AMITIAE - Tuesday 23 September 2014

Epic Zen Garden - Soothing Demonstration of Metal from Epic Games

apple and chopsticks


By Graham K. Rogers

Epic Zen Garden

When features of the iPhone and iOS 8 release were being demonstrated at Apple's 2014 World Wide Developers Conference in San Francisco in June this year, Epic Games were able to show the lifelike effects they had been able to produce with the new graphics engine - Metal - with a well-applauded rendition of a house and garden. But it was not just any house or garden.

Zen Garden

The improvements to iOS made it possible to make minor, but very realistic changes to visual displays. Particularly interesting were the realistic leaves that fell from a tree, water movement when the user touched the screen, and the motion of fish in a pond. This was not a totally new idea as one of the early apps I downloaded (and still use) was Koi Pond: a fairly lifelike display of fish that would interact with user input.

The free Epic Games app, Epic Zen Garden has just been updated. Part of the description in the iTunes Store reads, "3,500 butterflies equal roughly 4,000 draw calls, with falling petals at 5,000 particles (not draw calls). . . ."

Zen Garden

When started, the display in the app moves around like a movie, but when the user taps the screen, it pans and zooms out. Three small circles indicate where a user might tap the screen. In that initial state, the fish can be seen swimming and tiny birds fly in and out of the patio area.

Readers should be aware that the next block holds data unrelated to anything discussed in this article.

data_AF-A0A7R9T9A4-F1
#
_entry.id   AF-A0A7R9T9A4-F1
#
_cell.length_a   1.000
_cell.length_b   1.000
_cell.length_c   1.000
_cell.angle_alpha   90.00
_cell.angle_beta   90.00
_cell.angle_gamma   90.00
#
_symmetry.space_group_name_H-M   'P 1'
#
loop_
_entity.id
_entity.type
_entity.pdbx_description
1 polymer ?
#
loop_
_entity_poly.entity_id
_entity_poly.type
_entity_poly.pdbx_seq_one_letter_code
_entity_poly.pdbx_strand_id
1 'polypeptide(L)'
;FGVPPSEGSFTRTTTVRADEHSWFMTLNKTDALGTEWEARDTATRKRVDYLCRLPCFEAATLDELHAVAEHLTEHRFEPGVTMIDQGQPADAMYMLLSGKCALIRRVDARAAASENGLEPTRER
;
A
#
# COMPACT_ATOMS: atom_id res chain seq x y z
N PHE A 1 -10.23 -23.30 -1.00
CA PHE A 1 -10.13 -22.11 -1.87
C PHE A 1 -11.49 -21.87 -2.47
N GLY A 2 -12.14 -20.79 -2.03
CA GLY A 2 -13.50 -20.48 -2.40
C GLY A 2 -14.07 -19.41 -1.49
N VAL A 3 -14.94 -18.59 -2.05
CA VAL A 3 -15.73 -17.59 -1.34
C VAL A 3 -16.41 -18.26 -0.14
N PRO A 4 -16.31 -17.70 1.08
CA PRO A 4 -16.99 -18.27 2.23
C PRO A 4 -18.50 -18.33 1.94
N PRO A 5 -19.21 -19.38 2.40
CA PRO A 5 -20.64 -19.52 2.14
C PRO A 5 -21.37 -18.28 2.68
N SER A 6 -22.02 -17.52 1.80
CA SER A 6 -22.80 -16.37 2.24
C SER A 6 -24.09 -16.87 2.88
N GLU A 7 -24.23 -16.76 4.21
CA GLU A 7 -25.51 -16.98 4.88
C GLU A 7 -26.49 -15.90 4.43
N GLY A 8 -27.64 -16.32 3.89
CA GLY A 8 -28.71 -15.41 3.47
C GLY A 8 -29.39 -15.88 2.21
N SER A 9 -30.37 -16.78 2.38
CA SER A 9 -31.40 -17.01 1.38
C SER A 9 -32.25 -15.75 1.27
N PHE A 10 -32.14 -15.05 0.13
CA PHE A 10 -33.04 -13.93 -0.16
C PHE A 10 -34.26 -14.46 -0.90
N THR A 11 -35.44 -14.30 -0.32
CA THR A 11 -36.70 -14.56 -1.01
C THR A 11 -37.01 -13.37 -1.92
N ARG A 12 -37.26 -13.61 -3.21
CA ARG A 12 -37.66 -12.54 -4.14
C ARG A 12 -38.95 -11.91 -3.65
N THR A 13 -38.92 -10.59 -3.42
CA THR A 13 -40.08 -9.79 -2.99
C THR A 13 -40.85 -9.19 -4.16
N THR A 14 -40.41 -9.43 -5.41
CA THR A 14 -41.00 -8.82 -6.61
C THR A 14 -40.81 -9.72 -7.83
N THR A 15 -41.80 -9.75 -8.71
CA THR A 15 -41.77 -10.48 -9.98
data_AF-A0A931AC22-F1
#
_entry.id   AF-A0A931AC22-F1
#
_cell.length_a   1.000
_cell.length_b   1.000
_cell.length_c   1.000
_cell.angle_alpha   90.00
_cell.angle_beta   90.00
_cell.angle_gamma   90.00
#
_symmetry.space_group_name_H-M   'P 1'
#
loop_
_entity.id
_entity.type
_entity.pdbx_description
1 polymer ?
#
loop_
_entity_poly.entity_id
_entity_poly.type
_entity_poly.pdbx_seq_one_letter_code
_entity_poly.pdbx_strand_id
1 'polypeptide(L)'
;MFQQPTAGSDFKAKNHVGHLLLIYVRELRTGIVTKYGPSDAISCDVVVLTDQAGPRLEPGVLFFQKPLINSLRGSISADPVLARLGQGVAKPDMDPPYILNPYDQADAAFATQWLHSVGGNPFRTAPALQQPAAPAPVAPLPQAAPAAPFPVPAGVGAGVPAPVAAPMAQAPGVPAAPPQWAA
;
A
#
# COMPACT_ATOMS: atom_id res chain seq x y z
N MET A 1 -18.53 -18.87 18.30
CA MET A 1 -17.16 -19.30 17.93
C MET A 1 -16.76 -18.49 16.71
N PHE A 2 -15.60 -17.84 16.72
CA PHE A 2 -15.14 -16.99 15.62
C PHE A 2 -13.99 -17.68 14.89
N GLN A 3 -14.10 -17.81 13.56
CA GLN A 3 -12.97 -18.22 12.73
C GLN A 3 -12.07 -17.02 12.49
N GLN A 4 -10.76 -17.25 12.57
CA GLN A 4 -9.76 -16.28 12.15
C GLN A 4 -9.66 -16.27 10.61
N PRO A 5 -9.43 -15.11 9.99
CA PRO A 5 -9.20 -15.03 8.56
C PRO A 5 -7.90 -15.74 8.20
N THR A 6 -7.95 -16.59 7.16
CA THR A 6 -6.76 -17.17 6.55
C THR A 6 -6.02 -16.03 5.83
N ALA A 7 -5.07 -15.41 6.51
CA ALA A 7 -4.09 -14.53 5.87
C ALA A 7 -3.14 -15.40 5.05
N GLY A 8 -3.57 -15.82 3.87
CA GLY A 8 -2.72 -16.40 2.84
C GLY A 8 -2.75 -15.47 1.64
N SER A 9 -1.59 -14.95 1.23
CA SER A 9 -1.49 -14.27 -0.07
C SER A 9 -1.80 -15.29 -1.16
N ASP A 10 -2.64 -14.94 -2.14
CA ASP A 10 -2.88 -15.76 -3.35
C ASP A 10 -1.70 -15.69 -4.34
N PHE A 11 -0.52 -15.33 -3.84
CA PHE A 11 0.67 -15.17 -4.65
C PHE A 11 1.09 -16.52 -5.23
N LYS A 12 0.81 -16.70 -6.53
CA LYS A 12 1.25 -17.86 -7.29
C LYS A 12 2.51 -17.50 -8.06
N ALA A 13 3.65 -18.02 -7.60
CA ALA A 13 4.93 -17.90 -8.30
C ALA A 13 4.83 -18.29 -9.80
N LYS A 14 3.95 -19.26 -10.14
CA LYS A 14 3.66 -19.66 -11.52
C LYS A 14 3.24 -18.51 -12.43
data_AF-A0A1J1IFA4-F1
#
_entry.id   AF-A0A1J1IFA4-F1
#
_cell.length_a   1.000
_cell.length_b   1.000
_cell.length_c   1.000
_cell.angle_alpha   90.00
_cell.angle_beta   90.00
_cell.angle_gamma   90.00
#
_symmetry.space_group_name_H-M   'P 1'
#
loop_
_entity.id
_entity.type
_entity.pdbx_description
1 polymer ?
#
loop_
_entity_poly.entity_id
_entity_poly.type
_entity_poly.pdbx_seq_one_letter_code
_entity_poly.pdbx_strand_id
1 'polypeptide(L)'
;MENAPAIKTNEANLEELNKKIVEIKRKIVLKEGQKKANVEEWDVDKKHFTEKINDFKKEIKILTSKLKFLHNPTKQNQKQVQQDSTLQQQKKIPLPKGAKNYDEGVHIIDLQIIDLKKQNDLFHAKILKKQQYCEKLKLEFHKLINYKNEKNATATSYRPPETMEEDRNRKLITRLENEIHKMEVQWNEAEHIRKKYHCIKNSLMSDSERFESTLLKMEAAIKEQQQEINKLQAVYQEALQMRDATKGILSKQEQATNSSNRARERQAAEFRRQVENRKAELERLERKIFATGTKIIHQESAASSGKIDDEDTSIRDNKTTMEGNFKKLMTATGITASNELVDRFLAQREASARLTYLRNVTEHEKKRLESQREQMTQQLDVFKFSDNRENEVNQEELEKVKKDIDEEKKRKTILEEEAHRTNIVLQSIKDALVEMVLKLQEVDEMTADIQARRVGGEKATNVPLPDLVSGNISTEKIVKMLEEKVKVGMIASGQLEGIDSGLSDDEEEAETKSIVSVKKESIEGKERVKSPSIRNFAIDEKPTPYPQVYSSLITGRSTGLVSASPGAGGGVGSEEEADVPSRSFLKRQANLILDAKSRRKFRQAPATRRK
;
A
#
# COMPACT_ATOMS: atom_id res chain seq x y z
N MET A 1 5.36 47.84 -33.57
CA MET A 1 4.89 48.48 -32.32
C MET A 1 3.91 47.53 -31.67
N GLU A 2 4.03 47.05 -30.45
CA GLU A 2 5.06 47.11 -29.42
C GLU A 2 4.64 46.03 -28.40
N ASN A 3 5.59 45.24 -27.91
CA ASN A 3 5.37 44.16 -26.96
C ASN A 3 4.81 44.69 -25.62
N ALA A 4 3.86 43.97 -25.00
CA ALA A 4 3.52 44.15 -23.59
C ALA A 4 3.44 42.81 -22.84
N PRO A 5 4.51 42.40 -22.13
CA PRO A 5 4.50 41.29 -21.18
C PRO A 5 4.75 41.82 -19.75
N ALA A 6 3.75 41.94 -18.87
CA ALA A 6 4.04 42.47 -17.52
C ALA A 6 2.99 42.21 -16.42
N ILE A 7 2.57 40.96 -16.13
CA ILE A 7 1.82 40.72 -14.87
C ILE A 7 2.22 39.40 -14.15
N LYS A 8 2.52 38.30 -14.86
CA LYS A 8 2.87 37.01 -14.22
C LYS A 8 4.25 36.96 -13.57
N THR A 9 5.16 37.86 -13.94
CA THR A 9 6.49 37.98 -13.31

Homing in on the bare tree, touching the branches creates an instant blossoming, but with the slight breeze, the petals begin to fall one by one, showing the power of the graphics. A circle to the top right allows all the leaves to be removed and the user can start again. A triangle top left, zooms back to the larger view.

Zen Garden

Another small circle zooms out so we can view the house perched on a floating rock, which reminded me of some scenes in James Cameron's, Avatar. Homing in on the pond, the fish will be attracted to movement of water when the user taps the screen; and past the pond it is possible to draw patterns in the sand of the Japanese garden. In one corner of the sand garden is a pool. Touching the bamboo water pipe tips more water into a basin and the area is filled with butterflies.

Zen Garden

While this is essentially a rather sophisticated demo app, the sheer beauty of what a user can do with the Metal engine makes this rather interesting in terms of entertainment. Like Koi Pond, it could easily allow a user to while away hours in a day just relaxing.

Zen Garden

Graham K. Rogers teaches at the Faculty of Engineering, Mahidol University in Thailand where he is also Assistant Dean. He wrote in the Bangkok Post, Database supplement on IT subjects. For the last seven years of Database he wrote a column on Apple and Macs. He is now continuing that in the Bangkok Post supplement, Life.



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All content copyright © G. K. Rogers 2014